I mentioned that a common misconception to affective teaching is that the teacher is more of a friend to the student than an actual teacher. In this misconception, children would learn as long as they “like” the teacher, who as a result might be inclined to only teach what the child wants to know or to only do what the child wants to do, resulting in a mixture improvisation and permissiveness. Last but not least, affective teaching doesn’t have to do with kissing, hugging or excessively praising children.

After discussing and being inspired by Brad Pitt the group came up with ways in which affective language learning can be lived in the CNA context. I have organized below these postures and practices: 

The comments in blue are mine.

Listening - certainly the most important one. Listening with the ears, head, and heart. 

Greetings - so simple, but it makes such a difference!
Get connected!
Really listening to what they say and responding accordingly.
Smart communication (Speaking the same language)
Ask your students how they are feeling at that moment and why. You can use picture cards!
Connect with the students and help them understand you and what you are ready to show them.
Have some chatting time in the beginning of classes. 
Make students know each other with the activities. Essential!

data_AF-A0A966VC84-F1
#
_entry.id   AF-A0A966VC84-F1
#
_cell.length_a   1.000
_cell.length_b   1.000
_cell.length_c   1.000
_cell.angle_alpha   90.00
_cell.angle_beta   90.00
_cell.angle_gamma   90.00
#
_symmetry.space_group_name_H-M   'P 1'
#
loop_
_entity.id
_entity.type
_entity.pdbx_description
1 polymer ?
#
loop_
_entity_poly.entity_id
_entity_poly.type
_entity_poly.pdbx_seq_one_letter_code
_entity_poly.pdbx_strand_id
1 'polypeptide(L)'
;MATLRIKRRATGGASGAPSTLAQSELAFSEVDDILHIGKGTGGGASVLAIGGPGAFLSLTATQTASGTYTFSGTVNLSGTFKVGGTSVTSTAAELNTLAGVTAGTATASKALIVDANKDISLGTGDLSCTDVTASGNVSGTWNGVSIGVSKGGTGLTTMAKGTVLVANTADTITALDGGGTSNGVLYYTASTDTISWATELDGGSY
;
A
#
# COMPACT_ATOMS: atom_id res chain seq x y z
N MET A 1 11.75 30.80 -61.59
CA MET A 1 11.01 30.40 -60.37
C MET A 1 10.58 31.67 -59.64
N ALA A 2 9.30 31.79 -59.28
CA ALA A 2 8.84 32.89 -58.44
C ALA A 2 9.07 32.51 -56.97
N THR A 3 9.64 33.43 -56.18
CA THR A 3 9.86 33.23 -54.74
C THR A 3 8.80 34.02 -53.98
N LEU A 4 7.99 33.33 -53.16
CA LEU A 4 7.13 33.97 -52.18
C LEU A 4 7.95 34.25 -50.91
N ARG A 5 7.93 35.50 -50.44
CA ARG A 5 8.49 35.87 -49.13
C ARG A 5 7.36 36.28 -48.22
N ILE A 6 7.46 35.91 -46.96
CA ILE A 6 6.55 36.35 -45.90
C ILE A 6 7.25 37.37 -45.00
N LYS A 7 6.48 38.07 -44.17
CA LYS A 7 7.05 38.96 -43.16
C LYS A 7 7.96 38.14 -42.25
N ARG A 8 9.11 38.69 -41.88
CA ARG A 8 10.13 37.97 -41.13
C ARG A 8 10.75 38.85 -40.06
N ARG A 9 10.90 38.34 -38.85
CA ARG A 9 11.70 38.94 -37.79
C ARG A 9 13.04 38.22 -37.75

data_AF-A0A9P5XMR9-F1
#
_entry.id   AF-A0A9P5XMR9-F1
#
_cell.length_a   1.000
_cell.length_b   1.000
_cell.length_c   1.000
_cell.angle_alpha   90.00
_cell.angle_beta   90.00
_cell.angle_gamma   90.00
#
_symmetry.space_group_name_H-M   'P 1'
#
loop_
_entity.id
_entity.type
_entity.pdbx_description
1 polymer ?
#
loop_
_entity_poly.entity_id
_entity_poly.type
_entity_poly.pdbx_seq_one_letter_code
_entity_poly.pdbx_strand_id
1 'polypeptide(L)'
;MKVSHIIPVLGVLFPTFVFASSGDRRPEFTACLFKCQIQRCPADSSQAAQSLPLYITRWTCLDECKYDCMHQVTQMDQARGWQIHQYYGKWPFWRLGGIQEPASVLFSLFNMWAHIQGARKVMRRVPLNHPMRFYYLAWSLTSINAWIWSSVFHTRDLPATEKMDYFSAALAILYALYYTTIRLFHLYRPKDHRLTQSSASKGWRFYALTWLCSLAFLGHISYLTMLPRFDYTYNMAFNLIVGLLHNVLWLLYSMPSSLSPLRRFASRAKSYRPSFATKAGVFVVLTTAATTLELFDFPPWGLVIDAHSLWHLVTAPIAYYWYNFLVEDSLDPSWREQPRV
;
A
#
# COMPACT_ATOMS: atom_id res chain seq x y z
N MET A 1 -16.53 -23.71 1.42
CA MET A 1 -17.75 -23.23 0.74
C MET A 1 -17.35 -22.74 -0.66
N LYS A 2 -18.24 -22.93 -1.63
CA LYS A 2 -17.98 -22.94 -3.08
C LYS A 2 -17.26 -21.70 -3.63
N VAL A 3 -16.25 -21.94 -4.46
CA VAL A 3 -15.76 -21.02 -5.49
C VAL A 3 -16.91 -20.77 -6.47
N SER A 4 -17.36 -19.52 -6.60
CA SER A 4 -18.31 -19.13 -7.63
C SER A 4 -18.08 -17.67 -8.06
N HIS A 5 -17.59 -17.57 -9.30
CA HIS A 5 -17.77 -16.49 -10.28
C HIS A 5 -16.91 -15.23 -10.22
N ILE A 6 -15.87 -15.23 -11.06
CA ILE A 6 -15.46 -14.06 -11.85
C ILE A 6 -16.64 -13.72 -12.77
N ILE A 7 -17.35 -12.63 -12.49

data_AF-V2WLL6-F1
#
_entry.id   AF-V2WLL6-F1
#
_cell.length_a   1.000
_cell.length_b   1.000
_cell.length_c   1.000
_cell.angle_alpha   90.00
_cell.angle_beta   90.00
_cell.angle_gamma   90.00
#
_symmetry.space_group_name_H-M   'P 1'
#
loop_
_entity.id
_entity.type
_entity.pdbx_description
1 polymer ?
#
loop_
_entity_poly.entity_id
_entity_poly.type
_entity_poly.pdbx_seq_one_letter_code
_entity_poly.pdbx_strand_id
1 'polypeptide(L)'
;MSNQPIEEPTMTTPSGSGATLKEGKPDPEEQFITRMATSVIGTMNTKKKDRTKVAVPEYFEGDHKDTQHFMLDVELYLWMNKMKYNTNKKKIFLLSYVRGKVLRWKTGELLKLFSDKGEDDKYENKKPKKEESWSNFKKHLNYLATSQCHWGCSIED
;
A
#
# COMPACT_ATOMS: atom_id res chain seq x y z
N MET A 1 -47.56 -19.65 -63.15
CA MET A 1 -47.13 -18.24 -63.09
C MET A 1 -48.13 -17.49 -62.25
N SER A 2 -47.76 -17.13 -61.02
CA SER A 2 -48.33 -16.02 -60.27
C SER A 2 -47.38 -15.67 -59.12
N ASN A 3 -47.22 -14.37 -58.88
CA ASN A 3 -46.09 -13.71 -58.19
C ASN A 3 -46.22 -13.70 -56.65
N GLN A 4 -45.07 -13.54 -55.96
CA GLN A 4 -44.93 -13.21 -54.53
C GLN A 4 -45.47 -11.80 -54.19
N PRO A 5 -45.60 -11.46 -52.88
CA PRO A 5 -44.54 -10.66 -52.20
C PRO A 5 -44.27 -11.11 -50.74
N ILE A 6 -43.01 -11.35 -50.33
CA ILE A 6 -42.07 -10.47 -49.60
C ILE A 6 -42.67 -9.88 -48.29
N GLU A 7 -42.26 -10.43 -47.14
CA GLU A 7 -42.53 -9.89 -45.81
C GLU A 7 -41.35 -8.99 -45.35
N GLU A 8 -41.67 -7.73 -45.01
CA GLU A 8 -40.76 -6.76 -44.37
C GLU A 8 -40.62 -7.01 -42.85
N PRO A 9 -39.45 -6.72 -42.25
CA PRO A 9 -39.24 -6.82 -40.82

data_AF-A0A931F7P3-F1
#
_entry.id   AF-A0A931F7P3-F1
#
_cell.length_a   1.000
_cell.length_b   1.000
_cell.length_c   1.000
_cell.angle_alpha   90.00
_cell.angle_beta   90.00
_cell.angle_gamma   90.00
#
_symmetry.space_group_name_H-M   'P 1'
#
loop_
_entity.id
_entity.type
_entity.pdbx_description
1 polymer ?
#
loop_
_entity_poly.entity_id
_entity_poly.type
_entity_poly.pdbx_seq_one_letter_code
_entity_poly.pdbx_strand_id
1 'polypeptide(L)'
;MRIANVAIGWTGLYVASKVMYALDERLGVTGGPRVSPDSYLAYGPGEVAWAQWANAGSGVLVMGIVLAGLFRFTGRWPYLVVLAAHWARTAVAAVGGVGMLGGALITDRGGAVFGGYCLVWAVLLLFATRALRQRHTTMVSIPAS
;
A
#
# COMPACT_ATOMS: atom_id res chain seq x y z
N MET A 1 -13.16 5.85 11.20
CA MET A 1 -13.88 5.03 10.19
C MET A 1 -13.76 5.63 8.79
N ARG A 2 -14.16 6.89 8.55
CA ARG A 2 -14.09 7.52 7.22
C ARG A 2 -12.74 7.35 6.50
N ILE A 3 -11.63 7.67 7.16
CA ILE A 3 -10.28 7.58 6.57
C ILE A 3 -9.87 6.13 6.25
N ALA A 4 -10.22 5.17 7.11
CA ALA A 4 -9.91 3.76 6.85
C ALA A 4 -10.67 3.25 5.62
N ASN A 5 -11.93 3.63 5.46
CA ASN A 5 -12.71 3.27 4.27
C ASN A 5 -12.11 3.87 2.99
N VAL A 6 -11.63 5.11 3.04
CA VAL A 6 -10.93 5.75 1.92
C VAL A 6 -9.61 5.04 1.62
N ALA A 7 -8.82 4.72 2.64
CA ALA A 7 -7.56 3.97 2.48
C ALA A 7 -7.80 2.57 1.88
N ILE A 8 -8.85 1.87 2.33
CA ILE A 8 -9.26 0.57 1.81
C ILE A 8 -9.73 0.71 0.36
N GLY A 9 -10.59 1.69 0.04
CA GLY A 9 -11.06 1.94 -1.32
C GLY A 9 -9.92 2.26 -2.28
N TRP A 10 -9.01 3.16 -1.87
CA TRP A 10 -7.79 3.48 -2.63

I make sure everybody knows each other’s names by the end of the first class.

I play a game called say something surprising about yourself. I start. Great to model first!
Tell your students funny stories about yourself.
Share your life experiences. 
Sharing my experience as an English student to show students we have things in common. Show them the path that worked for you! 

Being on the same level.
When leading in or introducing a new topic I sit.
Teach instead of correcting. That is being generous!
The more you make the environment comfortable, the more students will learn.

I try to be in a good humour.
Setting them free to be themselves in class, but not to free until a mess comes up.
Make them free to be encouraged to speak and do the activities confidently.

Be creative.
Use different  creative resources, media and subjects (cards, globe, pictures, etc) 
Teaching students by doing things, experimenting, exploring
Play games to stimulate their knowledge with the new topic they are going to learn.
Play games to know students better.